Coping Skills for the Recovering Addict and Alcoholic
Without coping skills, sometimes all it takes in a recipe for a disastrous day is waking up late for work, spilling your coffee all over clothes, or a flat tire. These sound like minuscule problems in the great scheme of life, but if you are an addict/alcoholic, it’s common that when one thing in your lifes goes wrong, your mind immediately reacts by spouting emotions out in all kinds of crazy directions. Built-up stress and unpleasant events can push a newly recovering addict/alcoholic to a breaking point if they lack the knowledge of useful coping skills, and that’s just in response to the unwanted troubles that the average person may come across in daily life, so you can only imagine how horrid it would be if something life-altering were to take place as well. So what are some ways to cope with these extreme feelings of anger, frustration, and depression that intensify by the minute?
Recovery Tools: Coping Skills
Take a deep breath. No matter how rough the situation, it will pass. Try to take a few moments to just let yourself be. If you’re open to the idea of meditation, try putting on some peaceful music, sitting down in a comfortable position, and ease your mind. It can be very calming and reduce your anxiety significantly.
Write about it
Translating what is running through your head into words and sentences helps you better understand what you’re actually feeling. Writing about how you feel and reading it over are great coping skills because it gives you a chance to vent without having to verbalize it to another human being. When you record what occurs in your life each day and your reaction to it, you begin the first step in learning how to process your thoughts in a more clear and concise way.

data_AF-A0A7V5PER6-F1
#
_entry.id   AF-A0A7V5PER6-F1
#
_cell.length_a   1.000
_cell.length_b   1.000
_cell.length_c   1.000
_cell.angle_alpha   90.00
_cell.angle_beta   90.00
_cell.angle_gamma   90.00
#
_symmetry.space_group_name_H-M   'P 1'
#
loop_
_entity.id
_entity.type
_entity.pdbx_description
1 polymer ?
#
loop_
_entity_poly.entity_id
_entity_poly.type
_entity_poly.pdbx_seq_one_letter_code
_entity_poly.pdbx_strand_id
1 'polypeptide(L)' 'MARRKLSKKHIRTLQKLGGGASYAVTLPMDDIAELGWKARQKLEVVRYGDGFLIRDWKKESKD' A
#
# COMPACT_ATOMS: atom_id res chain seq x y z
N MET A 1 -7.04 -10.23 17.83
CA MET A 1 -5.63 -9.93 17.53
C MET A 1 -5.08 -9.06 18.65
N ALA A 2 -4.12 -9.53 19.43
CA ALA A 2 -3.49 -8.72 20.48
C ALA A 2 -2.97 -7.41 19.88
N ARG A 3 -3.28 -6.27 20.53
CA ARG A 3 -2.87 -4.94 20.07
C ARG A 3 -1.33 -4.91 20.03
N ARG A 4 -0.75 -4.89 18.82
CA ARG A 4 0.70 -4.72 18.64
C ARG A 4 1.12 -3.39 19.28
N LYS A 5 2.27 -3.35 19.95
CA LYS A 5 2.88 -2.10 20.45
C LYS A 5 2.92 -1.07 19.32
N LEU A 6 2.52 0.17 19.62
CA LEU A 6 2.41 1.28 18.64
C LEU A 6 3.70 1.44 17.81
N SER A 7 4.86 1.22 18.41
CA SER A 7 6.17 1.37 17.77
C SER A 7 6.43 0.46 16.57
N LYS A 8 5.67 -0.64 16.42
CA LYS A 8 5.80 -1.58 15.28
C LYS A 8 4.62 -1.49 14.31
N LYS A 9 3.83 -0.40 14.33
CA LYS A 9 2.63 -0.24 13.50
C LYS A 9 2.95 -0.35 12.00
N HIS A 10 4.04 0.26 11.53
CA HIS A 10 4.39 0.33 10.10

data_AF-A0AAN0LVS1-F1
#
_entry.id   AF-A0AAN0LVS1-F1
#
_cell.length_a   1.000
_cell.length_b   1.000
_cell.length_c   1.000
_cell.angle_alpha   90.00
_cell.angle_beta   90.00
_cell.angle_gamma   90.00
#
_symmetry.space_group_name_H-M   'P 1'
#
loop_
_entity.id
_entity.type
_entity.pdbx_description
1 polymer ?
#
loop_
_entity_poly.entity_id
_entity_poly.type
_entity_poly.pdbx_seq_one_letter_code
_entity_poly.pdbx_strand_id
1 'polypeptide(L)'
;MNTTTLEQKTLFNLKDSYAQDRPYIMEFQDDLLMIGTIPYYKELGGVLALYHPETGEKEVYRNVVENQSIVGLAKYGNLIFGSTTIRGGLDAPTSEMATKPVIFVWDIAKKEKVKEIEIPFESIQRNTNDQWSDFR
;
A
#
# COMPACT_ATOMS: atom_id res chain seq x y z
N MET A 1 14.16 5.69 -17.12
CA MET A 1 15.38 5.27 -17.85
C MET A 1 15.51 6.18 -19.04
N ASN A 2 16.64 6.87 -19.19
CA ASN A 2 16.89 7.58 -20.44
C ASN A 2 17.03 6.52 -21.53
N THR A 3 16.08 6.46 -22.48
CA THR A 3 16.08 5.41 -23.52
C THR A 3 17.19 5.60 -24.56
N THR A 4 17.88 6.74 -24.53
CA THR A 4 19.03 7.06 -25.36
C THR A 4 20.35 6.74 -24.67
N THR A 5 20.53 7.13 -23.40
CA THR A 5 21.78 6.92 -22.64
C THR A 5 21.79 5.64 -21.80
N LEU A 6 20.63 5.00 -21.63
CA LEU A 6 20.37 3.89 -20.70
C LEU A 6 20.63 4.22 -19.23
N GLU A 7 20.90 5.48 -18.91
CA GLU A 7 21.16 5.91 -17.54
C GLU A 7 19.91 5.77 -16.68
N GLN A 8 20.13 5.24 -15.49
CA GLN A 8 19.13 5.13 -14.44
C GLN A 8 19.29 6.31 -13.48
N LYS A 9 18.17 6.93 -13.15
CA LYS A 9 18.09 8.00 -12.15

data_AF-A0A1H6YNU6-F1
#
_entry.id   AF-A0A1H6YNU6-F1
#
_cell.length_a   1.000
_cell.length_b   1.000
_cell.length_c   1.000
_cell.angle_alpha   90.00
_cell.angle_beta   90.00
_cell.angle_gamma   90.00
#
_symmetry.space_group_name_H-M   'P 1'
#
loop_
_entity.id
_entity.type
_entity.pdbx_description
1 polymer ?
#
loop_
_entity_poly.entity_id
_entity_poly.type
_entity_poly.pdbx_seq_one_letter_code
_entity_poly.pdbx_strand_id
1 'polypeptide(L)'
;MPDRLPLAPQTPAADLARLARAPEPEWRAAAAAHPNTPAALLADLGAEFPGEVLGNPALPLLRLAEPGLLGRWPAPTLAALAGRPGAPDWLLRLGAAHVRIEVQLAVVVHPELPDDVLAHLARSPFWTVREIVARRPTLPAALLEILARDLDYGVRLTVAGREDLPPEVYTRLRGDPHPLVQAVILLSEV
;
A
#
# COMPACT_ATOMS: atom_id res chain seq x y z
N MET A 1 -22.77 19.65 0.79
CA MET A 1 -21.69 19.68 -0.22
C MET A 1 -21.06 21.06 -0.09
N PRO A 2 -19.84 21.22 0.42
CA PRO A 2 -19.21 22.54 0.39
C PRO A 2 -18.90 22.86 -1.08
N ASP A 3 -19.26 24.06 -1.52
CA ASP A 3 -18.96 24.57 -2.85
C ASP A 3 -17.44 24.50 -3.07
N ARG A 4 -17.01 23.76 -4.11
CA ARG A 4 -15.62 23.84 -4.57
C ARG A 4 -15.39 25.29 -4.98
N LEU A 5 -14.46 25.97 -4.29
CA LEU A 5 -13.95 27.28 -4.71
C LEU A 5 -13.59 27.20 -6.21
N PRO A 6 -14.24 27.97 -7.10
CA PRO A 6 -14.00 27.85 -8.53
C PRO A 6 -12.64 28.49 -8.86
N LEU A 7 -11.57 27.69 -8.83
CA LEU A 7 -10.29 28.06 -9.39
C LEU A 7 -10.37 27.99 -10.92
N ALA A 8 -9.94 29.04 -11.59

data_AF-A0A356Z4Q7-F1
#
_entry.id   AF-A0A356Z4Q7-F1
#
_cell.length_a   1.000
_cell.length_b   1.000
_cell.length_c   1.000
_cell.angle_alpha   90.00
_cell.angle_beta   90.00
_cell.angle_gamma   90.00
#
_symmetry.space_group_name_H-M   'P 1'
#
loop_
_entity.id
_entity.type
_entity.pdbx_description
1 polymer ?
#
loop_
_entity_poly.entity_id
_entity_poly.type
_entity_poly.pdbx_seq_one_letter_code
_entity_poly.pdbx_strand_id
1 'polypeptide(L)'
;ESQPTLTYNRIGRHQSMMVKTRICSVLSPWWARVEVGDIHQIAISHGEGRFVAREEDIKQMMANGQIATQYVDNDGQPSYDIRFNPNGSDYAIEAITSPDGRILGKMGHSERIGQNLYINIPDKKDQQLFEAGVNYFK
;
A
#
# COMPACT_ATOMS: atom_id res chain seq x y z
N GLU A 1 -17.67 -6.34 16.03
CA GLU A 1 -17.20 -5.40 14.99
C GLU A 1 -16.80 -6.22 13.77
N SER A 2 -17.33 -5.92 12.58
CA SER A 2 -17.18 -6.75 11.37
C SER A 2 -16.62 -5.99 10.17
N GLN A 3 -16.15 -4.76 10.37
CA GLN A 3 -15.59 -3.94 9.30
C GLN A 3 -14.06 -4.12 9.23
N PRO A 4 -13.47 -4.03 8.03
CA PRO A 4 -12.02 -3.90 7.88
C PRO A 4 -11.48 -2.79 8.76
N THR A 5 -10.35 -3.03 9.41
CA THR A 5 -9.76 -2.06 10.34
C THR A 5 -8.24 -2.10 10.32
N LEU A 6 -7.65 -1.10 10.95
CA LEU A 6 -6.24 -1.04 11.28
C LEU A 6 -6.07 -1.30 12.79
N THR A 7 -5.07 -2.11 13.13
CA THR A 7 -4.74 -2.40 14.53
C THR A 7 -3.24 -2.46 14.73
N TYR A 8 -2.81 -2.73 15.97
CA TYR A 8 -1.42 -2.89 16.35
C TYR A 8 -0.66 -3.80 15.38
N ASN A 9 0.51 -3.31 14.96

Talk to someone
Journaling can be valuable, but there may come a time for other necessary coping skills like venting to an actual person and even anticipating some feedback from them. Make sure you trust and feel comfortable with the person you choose to speak with. This is important because if you are feeling it necessary to open up to someone, you are most likely in an extremely vulnerable state and you don’t want the wrong source knowing personal, meaningful information about you.
Some coping skills can involve activities that you enjoy! You can go see a movie, head out to the gym, read an interesting book, paint a picture, or go for a walk. Not only will this distract you, but you’ll be able to get some enjoyment and pleasure out of it.
Give yourself time
These are a few coping skills to end your bad day and start a new one right away. You can’t expect to change your mentality over night, though, especially if something serious has occurred. Sometimes all you can do is wait a bad situation out. Chances are more than likely that you will smile and laugh again.
Learning and using recovery tools such as the suggested coping skills above can help you deal with life’s situations on life’s terms. Recovery is about growth and leaning how to handle life when it gets messy, so remember to be patient with yourself and just try your very best. Recovery is a journey – not just a destination.
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